Matthew commits crimes every day, just as if it was no big deal. It isn't to him! It's a matter of surviving or finding enough money for his needs and wants. His crimes are endless. He claims to have broken into up to and more than 50 cars a week when he was 11, broke into shops, armed robberies, snatch and run in shops, hijacked a car at knife point and plenty of muggings with violence.

Stealing cars is just as common for him as you eating breakfast. Six of those times, involved a high speed chase with him being caught only twice. One time, he drove down an alleyway and went through a fence before crashing into someone's backyard. The second, he rolled the car and crashed through a nearby property, landing in someone's swimming pool. ‘Commodores are the best but Ford's are the easiest to break into’ he said.

Another crime was to attach a rope to the handles on the old Telstra phones and connect it to a car. By driving off, the money box would rip open and the phone would come off the wall.

The easiest crime he believes, is to break into shops, steal all the cigarettes and money and sell the cigarette packs for $5 each, even though everyone else then resells them for a higher price.

The main reasons Matthew believes he commits crime, is for the drugs, boredom and to eat. The first drug he used, was marijuana when he was ten and a half, heroin when he was eleven and just about every other drug since. He has now stopped dealing in speed and marijuana and focuses on sniffing paint, which he believes he will always do.

When the time comes for him to turn up to court, sometimes he can’t be bothered. It gives the justice system an excuse to give him a bed ‘and the food is good in Rangeview’. If the police want him, they can come and get him themselves.

Besides incarceration, he stays at hostels pretty regularly. The only problem is, they're not meant for long term, so in the end, you’d always be told to go and find somewhere else.

So what does the future hold for Matthew? Probably something similar, he ponders. If he could turn back time, he'd like to change his drug habits, stop it all and get a job, wishes he could have completed all his schooling up to Year 12 and would love to be a police officer. The thought for two years, excites him with powers of arresting and chasing people, having a badge and the uniform. But then he decides, maybe it’s because of secretly being able to take drugs off offenders, corruption and greed. What stopped him thinking any further, was because he realised what they were really like.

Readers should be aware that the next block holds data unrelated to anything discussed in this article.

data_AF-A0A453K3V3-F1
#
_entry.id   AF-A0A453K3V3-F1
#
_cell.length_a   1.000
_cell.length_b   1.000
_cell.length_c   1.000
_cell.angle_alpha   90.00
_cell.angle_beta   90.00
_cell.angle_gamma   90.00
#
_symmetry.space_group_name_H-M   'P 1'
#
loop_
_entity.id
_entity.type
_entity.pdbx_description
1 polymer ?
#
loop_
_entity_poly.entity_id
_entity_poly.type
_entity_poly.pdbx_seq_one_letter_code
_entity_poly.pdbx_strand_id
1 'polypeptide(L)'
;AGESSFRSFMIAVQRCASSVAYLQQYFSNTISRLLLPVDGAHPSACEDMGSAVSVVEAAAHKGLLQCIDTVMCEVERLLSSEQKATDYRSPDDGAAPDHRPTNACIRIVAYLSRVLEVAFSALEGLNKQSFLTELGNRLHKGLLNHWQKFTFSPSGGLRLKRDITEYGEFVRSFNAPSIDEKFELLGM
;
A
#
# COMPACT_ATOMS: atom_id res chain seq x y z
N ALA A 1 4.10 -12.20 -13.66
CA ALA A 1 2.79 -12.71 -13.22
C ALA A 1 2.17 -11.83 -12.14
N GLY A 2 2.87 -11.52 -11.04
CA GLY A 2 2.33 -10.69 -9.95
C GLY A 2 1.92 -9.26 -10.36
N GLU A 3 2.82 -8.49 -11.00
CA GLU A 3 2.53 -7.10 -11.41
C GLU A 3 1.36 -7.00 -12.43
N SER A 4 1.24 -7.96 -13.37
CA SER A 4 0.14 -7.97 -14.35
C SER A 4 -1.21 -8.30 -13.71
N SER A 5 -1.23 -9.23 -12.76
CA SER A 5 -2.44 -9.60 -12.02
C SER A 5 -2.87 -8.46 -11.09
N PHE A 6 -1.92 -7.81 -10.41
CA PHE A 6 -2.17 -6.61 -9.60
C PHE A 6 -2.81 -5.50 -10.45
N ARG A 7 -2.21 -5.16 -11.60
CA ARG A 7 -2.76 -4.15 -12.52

Although he hasn't completed much of his basic education, he enrolled in TAFE where he started a floor and wall tiling course, where he lasted three to four weeks before he switched over to ceiling fixing. In eight months, he received qualifications from completing Certificates one, two and three, all at once. His first apprenticeship, was a chef. ‘But I was allergic to the oysters and I got massive rashes all up my arms’ he said. So he quit at the start of this year (2001).

Now that he's committed extensive crimes, the grin vanishes from his face when he realises how hard it is to be able to get a job. When he's 18, it’ll be a lot easier as he can get a police clearance but his crimes stay at the back of his police record for the next eight years. ‘If your over 18 and you've got some convictions on your record, they take it off after eight years if you've stayed out of trouble’. I don't know if he's right or not, I wouldn't know.

When I asked him if he ever felt for his victims, he said ‘I feel bad for the victims now but at the time, I didn't care. I didn't care about anything

As Matthew takes each day the way it comes, he seems monotone when the direction of his life pops up. It's like he thinks about what he can't do, rather than what he can do, which is preventing his hopes from surfacing and offering him opportunities in life. He's been hurt too many times and love has been a severe disadvantage but there is no excuse for crime. I think he is at the point where he believes he is too old to be helped, the same feeling many teenagers feel on or around the streets. The world has given up on him, therefore he can give up himself and commit any crime his heart desires.